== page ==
PLD 300 also includes a distributed memory structure including RAM blocks of varying sizes provided throughout the array. The RAM blocks include, for example, 512 bit blocks 304, 4K blocks 306 and a MegaBlock 308 providing 512K bits of RAM. These memory blocks can also include shift registers and FIFO buffers. PLD 300 further includes digital signal processing (DSP) blocks 310 that can implement, for example, multipliers with add or subtract features. I/O elements (IOEs) 312 located, in this example, around the periphery of the device support numerous single-ended and differential I/O standards. It is to be understood that PLD 300 is described herein for illustrative purposes only and that the present invention can be implemented in many different types of PLDs, FPGAs, and the like.

While PLDs of the type shown in FIG. 3 provide many of the resources required to implement system level solutions, the present invention can also benefit systems wherein a PLD is one of several components. FIG. 4 shows a block diagram of an exemplary digital system 400, within which the present invention can be embodied. System 400 can be a programmed digital computer system, digital signal processing system, specialized digital switching network, or other processing system. Moreover, such systems can be designed for a wide variety of applications such as telecommunications systems, automotive systems, control systems, consumer electronics, personal computers, Internet communications and networking, and others. Further, system 400 can be provided on a single board, on multiple boards, or within multiple enclosures.

System 400 includes a processing unit 402, a memory unit 404 and an I/O unit 406 interconnected together by one or more buses. According to this exemplary embodiment, a programmable logic device (PLD) 408 is embedded in processing unit 402. PLD 408 can serve many different purposes within the system in FIG. 4. PLD 408 can, for example, be a logical building block of processing unit 402, supporting its internal and external operations. PLD 408 is programmed to implement the logical functions necessary to carry on its particular role in system operation. PLD 408 can be specially coupled to memory 404 through connection 410 and to I/O unit 406 through connection 412.

Processing unit 402 can direct data to an appropriate system component for processing or storage, execute a program stored in memory 404 or receive and transmit data via I/O unit 406, or other similar function. Processing unit 402 can be a central processing unit (CPU), microprocessor, floating point coprocessor, graphics coprocessor, hardware controller, microcontroller, programmable logic device programmed for use as a controller, network controller, and the like. Furthermore, in many embodiments, there is often no need for a CPU.

For example, instead of a CPU, one or more PLDs 408 can control the logical operations of the system. In an embodiment, PLD 408 acts as a reconfigurable processor, which can be reprogrammed as needed to handle a particular computing task. Alternately, programmable logic device 408 can itself include an embedded microprocessor. Memory unit 404 can be a random access memory (RAM), read only memory (ROM), fixed or flexible disk media, PC Card flash disk memory, tape, or any other storage means, or any combination of these storage means.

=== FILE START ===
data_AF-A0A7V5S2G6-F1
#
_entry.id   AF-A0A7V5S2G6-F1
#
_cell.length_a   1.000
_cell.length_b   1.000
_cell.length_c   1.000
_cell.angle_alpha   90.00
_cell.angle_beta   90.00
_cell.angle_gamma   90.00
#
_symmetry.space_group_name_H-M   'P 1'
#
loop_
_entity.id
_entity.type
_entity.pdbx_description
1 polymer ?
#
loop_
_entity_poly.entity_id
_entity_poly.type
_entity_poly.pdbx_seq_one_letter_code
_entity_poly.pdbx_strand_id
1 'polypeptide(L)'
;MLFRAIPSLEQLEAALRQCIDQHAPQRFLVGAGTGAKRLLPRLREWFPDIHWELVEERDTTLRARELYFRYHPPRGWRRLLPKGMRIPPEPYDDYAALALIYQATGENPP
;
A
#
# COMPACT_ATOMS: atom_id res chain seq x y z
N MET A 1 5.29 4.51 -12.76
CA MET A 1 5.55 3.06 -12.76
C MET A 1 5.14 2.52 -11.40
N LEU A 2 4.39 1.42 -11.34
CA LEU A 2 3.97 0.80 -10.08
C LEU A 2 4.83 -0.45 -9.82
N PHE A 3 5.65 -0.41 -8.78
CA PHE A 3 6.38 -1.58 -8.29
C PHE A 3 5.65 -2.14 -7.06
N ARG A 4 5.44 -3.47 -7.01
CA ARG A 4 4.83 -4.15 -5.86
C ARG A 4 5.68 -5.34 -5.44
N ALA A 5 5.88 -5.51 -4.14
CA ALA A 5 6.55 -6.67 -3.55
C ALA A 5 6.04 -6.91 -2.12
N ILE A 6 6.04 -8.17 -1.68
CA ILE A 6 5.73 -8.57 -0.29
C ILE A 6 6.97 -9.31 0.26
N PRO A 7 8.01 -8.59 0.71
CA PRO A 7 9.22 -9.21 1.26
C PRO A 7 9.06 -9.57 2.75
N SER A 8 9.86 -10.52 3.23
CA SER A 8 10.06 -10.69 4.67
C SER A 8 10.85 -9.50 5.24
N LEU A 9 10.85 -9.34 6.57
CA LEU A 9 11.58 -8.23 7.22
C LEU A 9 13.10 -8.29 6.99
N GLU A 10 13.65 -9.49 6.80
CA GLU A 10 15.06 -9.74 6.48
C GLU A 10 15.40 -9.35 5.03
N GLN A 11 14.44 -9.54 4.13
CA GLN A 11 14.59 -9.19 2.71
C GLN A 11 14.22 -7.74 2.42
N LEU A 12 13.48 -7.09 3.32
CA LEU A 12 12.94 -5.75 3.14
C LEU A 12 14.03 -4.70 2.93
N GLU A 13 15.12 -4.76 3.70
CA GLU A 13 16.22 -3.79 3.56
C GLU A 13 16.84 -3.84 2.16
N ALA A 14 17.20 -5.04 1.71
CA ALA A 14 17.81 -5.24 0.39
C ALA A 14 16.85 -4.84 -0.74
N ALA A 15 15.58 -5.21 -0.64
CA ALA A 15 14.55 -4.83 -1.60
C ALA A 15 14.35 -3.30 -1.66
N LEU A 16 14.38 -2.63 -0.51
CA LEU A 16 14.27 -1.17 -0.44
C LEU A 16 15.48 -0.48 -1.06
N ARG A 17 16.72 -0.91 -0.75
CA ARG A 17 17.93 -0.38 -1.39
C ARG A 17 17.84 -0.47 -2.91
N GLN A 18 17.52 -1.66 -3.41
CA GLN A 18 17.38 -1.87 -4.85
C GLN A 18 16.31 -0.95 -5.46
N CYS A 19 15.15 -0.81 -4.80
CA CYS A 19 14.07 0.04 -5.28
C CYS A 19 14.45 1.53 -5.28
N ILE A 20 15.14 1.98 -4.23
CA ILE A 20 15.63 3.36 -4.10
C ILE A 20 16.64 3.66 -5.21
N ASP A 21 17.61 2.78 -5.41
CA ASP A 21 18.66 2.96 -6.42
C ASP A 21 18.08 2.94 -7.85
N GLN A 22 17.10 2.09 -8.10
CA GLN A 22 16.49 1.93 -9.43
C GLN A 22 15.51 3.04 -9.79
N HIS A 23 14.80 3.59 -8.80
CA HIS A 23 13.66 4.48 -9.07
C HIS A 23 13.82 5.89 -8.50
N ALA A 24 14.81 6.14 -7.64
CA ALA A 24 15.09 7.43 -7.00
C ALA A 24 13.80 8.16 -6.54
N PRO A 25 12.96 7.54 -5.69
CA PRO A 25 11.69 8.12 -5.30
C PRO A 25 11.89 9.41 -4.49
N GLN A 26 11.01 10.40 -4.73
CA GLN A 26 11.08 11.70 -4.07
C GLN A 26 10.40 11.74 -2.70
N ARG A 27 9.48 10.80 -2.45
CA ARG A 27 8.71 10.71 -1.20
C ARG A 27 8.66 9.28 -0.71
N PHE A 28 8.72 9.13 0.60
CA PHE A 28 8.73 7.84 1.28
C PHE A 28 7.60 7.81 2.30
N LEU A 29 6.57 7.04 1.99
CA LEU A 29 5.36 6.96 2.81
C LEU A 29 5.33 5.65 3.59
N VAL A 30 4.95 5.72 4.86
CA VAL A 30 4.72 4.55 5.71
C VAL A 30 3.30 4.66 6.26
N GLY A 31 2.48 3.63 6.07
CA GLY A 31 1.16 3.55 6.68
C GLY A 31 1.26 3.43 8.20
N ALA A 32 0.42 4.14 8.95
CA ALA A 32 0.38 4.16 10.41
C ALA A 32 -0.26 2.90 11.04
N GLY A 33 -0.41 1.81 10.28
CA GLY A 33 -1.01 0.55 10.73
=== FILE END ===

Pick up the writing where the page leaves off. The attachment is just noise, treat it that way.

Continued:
While the present invention has been described herein with reference to particular embodiments thereof, a latitude of modification, various changes, and substitutions are intended in the present invention. In some instances, features of the invention can be employed without a corresponding use of other features, without departing from the scope of the invention as set forth. Therefore, many modifications can be made to adapt a particular configuration or method disclosed, without departing from the essential scope and spirit of the present invention. It is intended that the invention not be limited to the particular embodiment disclosed, but that the invention will include all embodiments and equivalents falling within the scope of the claims.

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Referenced by
Citing PatentFiling datePublication dateApplicantTitle
US7421631 *Nov 29, 2005Sep 2, 2008Nec Electronics CorporationSemiconductor device with termination resistor circuit
US7741867 *Oct 30, 2008Jun 22, 2010Hewlett-Packard Development Company, L.P.Differential on-line termination
US7872495 *Jan 28, 2010Jan 18, 2011Xilinx, Inc.Programmable termination
Classifications
U.S. Classification326/30, 333/32, 326/31
International ClassificationH03K19/003, H04L25/02
Cooperative ClassificationH04L25/0278
European ClassificationH04L25/02K5
Legal Events
DateCodeEventDescription
Sep 22, 2010FPAYFee payment
Year of fee payment: 4